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Not happening: Arizona Coyotes slam door on team playing in Glendale

(AP Photo)

PHOENIX — The Arizona Coyotes will not be renewing talks to continue playing hockey at Gila River Arena in Glendale, Arizona, based on a letter from one of the team’s owners to a city official sent Thursday.

While the team has long said it is exploring other Valley locations for its new home, Coyotes President and CEO Anthony LeBlanc slammed the door on the possibility of returning to Glendale in a letter to the city’s manager, Kevin Phelps.

“Simply put, the Arizona Coyotes have every intention of leaving Glendale as soon as practicable,” the letter read.

According to 12 News, Glendale and the city of Phoenix have been involved in a minor spat over the team’s future. Phoenix Mayor Greg Stanton said he would like to see the Coyotes join the Phoenix Suns and Mercury downtown.

LeBlanc said the main reason the team will leave the West Valley was the Glendale City Council’s decision to cancel the team’s arena lease with no warning.

“The council effectively evicted us from our home,” he wrote.

LeBlanc said the decision caused a problem and the team has decided to solve it by leaving.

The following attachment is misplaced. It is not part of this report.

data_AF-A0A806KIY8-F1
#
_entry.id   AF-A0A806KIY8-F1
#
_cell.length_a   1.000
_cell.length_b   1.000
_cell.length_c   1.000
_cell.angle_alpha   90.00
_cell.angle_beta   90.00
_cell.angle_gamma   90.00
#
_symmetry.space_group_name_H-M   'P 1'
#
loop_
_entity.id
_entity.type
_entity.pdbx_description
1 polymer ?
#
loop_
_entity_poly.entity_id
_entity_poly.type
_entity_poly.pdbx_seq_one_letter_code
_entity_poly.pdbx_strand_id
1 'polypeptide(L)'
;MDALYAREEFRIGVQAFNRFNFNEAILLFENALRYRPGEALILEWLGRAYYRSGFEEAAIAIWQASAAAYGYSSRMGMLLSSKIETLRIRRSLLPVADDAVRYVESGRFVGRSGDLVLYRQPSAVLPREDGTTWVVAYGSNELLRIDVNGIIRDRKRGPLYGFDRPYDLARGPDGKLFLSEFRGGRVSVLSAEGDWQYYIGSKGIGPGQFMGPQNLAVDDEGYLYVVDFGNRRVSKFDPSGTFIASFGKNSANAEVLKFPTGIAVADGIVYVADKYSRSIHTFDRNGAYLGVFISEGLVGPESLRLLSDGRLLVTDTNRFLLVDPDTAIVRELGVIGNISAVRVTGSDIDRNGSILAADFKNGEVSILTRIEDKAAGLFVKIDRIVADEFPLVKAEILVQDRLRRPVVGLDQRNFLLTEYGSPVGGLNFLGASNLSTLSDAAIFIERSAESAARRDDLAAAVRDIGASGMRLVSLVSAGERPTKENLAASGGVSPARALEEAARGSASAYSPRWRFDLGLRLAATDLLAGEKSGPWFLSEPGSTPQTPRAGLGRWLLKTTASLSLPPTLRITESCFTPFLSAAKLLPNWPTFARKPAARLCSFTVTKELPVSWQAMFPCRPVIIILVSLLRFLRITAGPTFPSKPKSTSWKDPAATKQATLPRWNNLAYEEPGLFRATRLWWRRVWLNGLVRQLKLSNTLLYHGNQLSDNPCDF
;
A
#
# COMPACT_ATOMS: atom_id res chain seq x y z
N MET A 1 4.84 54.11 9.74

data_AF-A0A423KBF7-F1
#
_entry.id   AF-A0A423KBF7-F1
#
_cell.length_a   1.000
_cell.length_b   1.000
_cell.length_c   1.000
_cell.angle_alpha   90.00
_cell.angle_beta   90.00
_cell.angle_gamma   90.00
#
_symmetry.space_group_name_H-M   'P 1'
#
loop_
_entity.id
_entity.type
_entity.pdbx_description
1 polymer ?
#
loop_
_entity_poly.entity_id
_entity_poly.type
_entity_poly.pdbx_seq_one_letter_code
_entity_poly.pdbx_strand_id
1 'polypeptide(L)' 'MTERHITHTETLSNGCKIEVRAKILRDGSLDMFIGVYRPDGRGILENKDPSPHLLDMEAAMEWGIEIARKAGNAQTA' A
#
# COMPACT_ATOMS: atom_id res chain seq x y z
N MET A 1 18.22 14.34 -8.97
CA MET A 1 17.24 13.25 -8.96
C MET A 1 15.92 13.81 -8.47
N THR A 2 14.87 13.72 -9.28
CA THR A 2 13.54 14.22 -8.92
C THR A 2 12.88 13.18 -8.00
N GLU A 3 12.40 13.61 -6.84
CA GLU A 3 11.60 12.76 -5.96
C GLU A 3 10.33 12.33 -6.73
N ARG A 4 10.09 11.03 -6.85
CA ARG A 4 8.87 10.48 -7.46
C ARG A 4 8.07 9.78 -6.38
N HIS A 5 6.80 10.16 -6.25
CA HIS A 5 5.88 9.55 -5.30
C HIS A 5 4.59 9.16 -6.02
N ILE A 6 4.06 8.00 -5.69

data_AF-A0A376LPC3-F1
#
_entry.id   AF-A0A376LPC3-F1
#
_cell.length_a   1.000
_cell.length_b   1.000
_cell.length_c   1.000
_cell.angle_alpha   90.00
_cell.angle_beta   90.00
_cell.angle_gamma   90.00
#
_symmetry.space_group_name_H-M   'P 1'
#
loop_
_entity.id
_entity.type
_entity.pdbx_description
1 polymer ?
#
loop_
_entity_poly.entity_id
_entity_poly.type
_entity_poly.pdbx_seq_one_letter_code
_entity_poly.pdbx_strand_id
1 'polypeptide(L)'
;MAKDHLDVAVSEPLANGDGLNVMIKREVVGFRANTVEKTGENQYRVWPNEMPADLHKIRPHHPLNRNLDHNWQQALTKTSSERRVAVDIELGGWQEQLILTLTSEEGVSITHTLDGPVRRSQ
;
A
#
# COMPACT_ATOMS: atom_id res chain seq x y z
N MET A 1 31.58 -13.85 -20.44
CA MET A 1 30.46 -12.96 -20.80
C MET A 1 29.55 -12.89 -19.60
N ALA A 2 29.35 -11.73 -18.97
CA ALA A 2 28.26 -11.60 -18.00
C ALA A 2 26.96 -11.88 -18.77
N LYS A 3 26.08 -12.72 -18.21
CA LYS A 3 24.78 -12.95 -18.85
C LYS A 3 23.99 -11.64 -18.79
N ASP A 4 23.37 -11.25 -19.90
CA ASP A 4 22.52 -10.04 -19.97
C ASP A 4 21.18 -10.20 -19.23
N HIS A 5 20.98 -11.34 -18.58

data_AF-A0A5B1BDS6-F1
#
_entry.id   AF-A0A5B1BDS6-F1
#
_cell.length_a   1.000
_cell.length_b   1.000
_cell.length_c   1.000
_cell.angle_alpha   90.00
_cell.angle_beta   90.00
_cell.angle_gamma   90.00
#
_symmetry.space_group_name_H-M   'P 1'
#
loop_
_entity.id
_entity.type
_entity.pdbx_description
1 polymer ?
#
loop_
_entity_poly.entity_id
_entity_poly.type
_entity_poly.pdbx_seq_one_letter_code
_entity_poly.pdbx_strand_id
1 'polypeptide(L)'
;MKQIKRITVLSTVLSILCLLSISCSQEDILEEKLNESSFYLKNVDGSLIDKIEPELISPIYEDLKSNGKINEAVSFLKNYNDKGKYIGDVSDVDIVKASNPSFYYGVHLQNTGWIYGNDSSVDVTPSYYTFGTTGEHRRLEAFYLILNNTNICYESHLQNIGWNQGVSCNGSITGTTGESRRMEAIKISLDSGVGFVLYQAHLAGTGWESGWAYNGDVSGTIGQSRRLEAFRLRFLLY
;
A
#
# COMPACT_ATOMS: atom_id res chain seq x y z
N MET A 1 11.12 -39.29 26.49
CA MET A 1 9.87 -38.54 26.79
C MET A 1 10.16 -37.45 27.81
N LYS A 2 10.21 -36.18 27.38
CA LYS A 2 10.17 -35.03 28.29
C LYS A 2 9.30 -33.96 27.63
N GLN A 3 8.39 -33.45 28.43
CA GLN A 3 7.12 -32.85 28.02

“Our fans and business partners have demanded that of us,” he wrote. “So does common sense.”

LeBlanc argued that, for the team to survive, it needs stability. The ongoing issues with the council — whether or not it supports the team being in Glendale — do not lend themselves to keeping the team.

“For our business to continue to rely on the whims of a majority of seven elected council members would be irresponsible of me to the point of risking financial ruin and the alienation of our most important assets — Arizona Coyotes fans and our sponsors,” the letter read.

While Phelps hoped the hiring of AEG Facilities to manage Gila River Arena would convince the team to stay, LeBlanc wrote it did nothing but widen the rift between the team and city.

“I’m hard pressed to understand how the economically-disadvantageous contract recently approved by your city council might conceivably help our team,” the letter read.

LeBlanc went on to point out that the AEG contract will actually cost Glendale $1 million more annually than one it had in place with the team to manage the arena. LeBlanc also said the agreement with the team guarantees 41 events per year, while the deal with AEG includes none.

“A bad deal is a bad deal,” LeBlanc wrote. “Spinning it as a benevolent act meant to help our team is a rationalization so far-fetched it can’t be allowed to stand.”

However, as vitriolic as the letter was, LeBlanc closed with:

“I hope that, sometime in the future, you and the next Glendale City Council will come to a game as my guest. It would be my pleasure.”

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